Patient infected by Covid-19 undergoes an electrocardiogram at the Floreal clinic in Bagnolet
Doctors operate a drive-through coronavirus testing site near the Eiffel Tower to test medical professionals for the coronavirus as the country endures a lockdown
Officials are exploring ways to end the restriction on movement, including contact-tracing apps, in a move sure to exercise human rights groups.
‘In the fight against Covid-19, technology can help,’ junior tech minister Cedric O, told Le Monde. ‘Nothing will be decided without a broad debate.’
Users would install the app – project titled StopCovid – on their mobile phones. It would notify all the people who have been in close contact they have been near someone who has identified themselves as positive.
French law forbids smartphone tracking, in contrast with countries like China, Taiwan and South Korea, which use smartphone location readings to trace the contacts of people who have tested positive to a virus or to enforce quarantine orders.
Nurses place a patient for an exam at the scanner unit at the Floreal clinic in Bagnolet
The issue has sparked a debate even within President Macron’s majority in parliament, with several lawmakers from his party warning they would vote against any move to use geo-tracking technology.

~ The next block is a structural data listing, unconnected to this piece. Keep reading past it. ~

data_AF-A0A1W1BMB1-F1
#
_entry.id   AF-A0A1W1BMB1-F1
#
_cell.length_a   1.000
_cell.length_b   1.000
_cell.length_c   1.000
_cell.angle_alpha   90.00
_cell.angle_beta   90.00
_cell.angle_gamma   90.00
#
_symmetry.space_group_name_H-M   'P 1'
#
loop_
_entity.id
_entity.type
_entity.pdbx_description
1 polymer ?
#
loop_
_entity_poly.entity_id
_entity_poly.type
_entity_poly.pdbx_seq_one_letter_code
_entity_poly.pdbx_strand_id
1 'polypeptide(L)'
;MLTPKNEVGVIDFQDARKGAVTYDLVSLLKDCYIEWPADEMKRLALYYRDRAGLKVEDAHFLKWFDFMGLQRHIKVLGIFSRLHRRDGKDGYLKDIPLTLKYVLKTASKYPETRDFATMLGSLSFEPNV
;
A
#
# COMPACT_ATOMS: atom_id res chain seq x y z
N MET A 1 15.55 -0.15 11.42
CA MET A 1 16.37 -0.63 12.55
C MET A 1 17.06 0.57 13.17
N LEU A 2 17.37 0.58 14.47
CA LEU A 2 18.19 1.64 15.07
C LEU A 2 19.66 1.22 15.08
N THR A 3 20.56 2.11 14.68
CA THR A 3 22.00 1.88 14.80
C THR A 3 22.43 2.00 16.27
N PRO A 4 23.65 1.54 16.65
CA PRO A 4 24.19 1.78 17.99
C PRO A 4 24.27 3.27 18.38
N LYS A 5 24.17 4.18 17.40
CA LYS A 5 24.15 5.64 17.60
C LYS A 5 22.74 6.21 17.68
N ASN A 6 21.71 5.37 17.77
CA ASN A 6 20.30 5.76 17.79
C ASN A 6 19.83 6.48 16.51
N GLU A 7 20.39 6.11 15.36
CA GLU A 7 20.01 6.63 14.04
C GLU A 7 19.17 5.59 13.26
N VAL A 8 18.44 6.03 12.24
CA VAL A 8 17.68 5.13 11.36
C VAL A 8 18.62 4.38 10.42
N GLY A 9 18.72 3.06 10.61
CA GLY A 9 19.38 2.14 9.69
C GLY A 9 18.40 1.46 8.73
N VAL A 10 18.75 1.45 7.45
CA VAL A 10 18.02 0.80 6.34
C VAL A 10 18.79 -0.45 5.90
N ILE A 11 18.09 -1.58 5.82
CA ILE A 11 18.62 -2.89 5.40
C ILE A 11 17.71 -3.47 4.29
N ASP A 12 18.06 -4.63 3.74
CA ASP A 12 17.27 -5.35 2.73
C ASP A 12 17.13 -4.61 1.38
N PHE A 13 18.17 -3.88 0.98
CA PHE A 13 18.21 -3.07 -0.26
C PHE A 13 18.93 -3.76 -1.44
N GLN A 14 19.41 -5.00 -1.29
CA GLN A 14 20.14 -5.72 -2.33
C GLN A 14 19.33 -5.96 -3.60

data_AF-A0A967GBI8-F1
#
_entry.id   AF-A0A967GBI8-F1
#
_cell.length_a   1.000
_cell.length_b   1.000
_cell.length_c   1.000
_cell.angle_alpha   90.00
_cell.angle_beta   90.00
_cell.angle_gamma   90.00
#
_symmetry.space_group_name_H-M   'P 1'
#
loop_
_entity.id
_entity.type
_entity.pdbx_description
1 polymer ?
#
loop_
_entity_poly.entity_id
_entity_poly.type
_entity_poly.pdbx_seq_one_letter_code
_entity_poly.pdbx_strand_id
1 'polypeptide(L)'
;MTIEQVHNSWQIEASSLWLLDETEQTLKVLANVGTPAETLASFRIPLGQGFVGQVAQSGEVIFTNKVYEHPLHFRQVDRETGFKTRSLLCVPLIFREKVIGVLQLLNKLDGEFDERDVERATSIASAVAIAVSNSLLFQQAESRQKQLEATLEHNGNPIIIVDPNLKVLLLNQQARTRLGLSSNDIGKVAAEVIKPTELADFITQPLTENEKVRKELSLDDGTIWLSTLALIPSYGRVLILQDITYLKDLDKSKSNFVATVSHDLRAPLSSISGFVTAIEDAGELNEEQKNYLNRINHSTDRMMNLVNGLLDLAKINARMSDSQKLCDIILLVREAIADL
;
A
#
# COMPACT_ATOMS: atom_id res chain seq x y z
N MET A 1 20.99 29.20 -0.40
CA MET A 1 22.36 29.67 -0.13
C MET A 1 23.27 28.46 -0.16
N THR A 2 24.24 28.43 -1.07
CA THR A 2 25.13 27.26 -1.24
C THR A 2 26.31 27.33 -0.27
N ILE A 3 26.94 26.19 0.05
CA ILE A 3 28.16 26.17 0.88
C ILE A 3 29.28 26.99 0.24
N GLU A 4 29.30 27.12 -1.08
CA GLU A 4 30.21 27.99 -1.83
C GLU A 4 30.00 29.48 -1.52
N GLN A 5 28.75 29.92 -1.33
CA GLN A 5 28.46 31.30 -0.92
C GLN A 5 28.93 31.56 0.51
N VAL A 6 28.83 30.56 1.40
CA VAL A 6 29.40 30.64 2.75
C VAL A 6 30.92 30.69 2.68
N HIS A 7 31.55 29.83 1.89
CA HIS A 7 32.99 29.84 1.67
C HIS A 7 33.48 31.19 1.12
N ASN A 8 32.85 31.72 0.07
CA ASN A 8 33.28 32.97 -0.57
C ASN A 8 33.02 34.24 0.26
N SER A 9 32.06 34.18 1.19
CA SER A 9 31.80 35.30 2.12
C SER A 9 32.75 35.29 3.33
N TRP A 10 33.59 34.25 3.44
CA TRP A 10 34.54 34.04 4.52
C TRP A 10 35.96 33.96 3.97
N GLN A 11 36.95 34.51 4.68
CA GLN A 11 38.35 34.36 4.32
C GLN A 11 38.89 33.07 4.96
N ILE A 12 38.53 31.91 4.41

France and Germany, the EU’s two biggest economies, are now bracing for a painful recession as the pandemic crisis slashes output to the lowest levels in decades.
National outport in export powerhouse Germany is expected to shrink by nearly 10 per cent in the second quarter as shutdowns paralyse the global economy.
France is already in a technical recession, the Bank of France said, after official data showed the economy shrank 0.1 per cent in the last quarter of 2019.
Current estimates suggest the economy contracted six per cent in 2020. According to the central bank, France’s first-quarter performance was its worst since 1945.
A woman is examined by a doctor at an advanced Covid-19 medical station at the Saint Roch hospital, which houses a coronavirus testing centre, in Montpellier
Municipal police officers check documents as they patrol a street of Sceaux during lockdown
For every two weeks the country is locked down by the virus, the Bank of France said it expects the economy to shrink by 1.5 per cent.